Sheriff's Office Home
Job Opportunities
Crime of the Week
Civil Process Service Fees
Concealed Permit
Contact Information
Juvenile Services
Inmate Information
Programs
Records Schedule
Victim and Offender Info
VIN & HIN Inspections
Child Restraint
Victim Assistance
Press Releases
Additional Information
Pipes & Drums

TheLaramie County Sheriff's Office Pipes & Drums was formed in 2006by Sheriff Danny Glick. The band members are a mix of members of the Laramie CountySheriffs' Office, Homeland Security, and citizens whohave a keen interest in Piping. The band playsseveral community events as well as parades, funerals andmemorials and will function as part of the Laramie CountySheriff's Office Color Guard. The band uniformis comprised of a white dress uniform shirt and a Kilt inthe Black Stewart Tartan. The Black Stewart Tartanwas chosen because the colors of the Tartan are the sameas those of the State of Wyoming. The red representsthe Indians and the blood of the pioneers who gave theirlives reclaiming the soil. White is the emblemof purity and uprightness over Wyoming. Blue, the color of the sky and mountains.

Thetradition of bagpipes played at police or fire departmentfunerals in the United States go back over one hundred fiftyyears. Whenthe Irish and Scottish immigrated to this country, they broughtmany of their traditions with them. One of these was thebagpipe, often played at Celtic weddings, funerals and ceilis (dances).

It wasn'tuntil the great potato famine and massive Irish immigrationto the East Coast of the United States that the traditionof the pipes really took hold in police and fire departments. Factoriesand shops had signs reading "NINA"-No Irish Need Apply. Theonly jobs they could get were the ones no one else wanted – jobs that were dirty, dangerous or both - fire-fightersand police officers. The police and firefightersfunerals were typical of all Scottish and Irish funerals-thepipes were played. It was somehow okay for ahardened firefighter or police officer to cry at the soundof pipes when his dignity would not let him weep for a fallencomrade.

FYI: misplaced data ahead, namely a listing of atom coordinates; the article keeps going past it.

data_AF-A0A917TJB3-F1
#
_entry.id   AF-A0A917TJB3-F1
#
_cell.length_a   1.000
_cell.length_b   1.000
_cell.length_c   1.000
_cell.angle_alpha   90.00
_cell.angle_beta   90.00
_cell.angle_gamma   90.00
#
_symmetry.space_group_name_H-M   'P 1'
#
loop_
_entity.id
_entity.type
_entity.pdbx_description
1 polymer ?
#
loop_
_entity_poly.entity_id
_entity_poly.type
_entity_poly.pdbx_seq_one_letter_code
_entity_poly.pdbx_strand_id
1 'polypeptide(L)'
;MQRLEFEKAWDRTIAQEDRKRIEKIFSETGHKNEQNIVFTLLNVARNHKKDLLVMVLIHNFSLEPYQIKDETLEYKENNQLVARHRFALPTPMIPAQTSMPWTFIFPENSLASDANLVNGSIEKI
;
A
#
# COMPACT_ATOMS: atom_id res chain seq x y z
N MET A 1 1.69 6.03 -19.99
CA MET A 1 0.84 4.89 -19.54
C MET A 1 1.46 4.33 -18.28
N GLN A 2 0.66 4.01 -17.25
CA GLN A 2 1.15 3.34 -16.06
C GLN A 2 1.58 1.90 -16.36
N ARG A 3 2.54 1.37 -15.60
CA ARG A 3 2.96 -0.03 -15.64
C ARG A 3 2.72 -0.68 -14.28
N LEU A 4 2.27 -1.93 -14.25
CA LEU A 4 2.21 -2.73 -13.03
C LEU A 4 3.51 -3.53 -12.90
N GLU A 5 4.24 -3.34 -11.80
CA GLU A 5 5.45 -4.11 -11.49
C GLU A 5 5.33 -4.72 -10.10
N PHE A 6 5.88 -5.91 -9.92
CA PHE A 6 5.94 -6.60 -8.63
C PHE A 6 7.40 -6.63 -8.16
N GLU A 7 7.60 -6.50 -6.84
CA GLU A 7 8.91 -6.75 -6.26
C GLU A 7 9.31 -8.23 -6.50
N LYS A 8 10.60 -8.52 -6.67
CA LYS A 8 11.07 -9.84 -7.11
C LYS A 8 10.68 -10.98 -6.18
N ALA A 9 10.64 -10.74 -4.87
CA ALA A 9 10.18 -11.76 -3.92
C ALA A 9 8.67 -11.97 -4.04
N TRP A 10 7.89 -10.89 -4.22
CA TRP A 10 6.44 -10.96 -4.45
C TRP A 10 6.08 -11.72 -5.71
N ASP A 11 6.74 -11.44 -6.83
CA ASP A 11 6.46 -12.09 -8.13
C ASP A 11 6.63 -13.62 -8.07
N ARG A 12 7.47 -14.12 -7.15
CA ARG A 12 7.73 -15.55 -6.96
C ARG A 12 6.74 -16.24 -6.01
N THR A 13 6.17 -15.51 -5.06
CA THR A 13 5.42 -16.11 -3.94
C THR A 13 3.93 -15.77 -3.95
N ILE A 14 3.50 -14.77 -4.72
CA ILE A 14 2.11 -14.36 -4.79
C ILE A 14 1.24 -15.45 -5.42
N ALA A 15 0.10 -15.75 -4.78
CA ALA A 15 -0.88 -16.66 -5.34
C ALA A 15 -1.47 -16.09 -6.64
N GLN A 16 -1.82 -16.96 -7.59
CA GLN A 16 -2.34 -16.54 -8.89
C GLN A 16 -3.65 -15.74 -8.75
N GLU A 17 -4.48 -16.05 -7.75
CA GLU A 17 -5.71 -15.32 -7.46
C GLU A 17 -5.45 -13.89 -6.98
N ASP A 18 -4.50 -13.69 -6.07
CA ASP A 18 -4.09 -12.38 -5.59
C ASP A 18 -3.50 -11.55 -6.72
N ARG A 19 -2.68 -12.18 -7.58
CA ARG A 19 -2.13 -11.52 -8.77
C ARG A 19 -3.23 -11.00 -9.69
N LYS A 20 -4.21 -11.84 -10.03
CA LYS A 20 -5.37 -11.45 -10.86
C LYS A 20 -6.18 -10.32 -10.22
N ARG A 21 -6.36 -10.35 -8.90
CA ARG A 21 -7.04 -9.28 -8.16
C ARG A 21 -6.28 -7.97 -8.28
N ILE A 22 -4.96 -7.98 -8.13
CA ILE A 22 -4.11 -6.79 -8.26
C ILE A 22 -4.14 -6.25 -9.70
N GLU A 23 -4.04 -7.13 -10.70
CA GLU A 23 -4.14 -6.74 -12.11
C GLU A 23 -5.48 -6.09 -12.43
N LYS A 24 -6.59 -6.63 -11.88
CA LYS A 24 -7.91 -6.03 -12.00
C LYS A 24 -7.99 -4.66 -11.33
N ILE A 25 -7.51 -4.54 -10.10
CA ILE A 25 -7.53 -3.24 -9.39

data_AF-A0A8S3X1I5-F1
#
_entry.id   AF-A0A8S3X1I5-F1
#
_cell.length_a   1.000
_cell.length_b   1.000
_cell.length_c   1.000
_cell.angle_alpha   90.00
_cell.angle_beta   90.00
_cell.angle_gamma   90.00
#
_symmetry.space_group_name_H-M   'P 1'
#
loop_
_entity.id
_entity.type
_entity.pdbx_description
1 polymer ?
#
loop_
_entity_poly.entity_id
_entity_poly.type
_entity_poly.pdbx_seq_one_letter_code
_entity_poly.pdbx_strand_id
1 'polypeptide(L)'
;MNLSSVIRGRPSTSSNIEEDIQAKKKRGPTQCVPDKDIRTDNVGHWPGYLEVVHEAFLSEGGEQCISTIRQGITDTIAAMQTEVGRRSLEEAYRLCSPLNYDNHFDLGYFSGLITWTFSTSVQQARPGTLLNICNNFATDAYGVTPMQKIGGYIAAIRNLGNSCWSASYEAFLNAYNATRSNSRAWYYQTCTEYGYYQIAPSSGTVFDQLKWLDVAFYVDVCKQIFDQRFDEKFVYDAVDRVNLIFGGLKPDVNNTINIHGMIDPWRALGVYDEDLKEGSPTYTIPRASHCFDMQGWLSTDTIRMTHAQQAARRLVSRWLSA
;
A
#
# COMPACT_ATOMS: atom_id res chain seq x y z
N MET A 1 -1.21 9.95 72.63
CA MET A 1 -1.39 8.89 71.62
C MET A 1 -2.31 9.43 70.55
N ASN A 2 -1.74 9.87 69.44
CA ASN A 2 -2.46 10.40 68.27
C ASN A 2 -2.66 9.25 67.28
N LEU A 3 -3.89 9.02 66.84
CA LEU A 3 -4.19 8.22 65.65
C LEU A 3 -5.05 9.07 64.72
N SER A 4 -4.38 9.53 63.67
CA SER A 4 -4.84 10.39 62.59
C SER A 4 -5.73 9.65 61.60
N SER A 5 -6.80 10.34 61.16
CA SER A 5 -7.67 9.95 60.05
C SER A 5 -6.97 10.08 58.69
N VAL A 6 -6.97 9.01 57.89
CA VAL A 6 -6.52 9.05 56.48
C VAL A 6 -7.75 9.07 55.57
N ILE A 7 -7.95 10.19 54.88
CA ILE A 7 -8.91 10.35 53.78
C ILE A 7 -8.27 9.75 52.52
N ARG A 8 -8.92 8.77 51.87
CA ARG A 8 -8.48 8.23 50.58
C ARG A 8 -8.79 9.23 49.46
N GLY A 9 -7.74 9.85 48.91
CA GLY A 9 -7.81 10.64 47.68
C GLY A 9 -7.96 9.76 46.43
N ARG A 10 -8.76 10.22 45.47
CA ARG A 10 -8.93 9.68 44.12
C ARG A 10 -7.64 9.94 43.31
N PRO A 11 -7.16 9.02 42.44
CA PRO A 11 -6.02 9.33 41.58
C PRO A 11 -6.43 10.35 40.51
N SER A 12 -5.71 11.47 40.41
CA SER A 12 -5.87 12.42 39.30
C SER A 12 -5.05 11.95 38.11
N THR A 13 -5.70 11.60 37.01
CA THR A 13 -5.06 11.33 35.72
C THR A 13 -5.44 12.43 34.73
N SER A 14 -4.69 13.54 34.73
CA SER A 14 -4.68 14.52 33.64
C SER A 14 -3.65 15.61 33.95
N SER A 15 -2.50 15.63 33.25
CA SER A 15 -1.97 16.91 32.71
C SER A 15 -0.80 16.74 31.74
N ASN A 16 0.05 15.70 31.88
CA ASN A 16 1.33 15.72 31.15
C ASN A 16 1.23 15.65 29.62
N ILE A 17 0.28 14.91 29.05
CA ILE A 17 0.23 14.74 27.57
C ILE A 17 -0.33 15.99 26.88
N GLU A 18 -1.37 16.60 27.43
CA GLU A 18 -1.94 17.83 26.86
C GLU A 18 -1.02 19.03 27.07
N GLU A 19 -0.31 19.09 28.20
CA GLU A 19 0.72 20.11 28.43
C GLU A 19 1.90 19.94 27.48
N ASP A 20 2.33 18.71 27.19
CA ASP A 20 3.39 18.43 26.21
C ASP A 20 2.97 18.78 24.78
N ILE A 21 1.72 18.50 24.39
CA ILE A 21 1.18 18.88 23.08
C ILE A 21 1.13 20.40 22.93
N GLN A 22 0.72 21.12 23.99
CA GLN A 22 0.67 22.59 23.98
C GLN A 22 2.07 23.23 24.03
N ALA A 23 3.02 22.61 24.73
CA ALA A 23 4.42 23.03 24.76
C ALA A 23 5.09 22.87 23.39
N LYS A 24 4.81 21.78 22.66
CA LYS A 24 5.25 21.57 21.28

Thosewho have been to funerals when bagpipes play knows how hauntingand mournful the sound of the pipes can be. Before too long,families and friends of non-Scottish or Irish police officersor firefighters began asking for the piper to play for thesefallen heroes. The pipes add a special air anddignity to the solemn occasion. Associated withcities such as Boston, New York, Philadelphia and Chicago,pipe bands representing both fire and police often have morethan 60 uniformed members. They are also traditionallyknown as Emerald Societies after Ireland-the Emerald Isle. Manybands wear traditional Scottish dress while others wear thesimpler Irish uniform. All members wear the kiltand tunic, whether it is a Scottish clan tartan or Irishsingle color kilt. Today, the tradition is universal andnot just for the Irish or Scottish. The pipeshave come to be a distinguishing feature of a fallen hero'sfuneral.

The Laramie County Sheriff's Office Pipes and Drums participates in local parades throught Laramie County. Band members have been asked to play at the funerals of Wyoming Law Enforcemet Officers, Memorial Day services, and to participate in the Jackson Hole Fourth of July parade with the Jackson Hole Fire/Ems Honor Guard.

Pipes and Drums at Wheatland Memorial Day Service.

Members of the band with Jackson Hole Fire/EMS Honor Guard.

Jackson Hole Fourth of July Parade.

Band members entertained the crowd after the parade.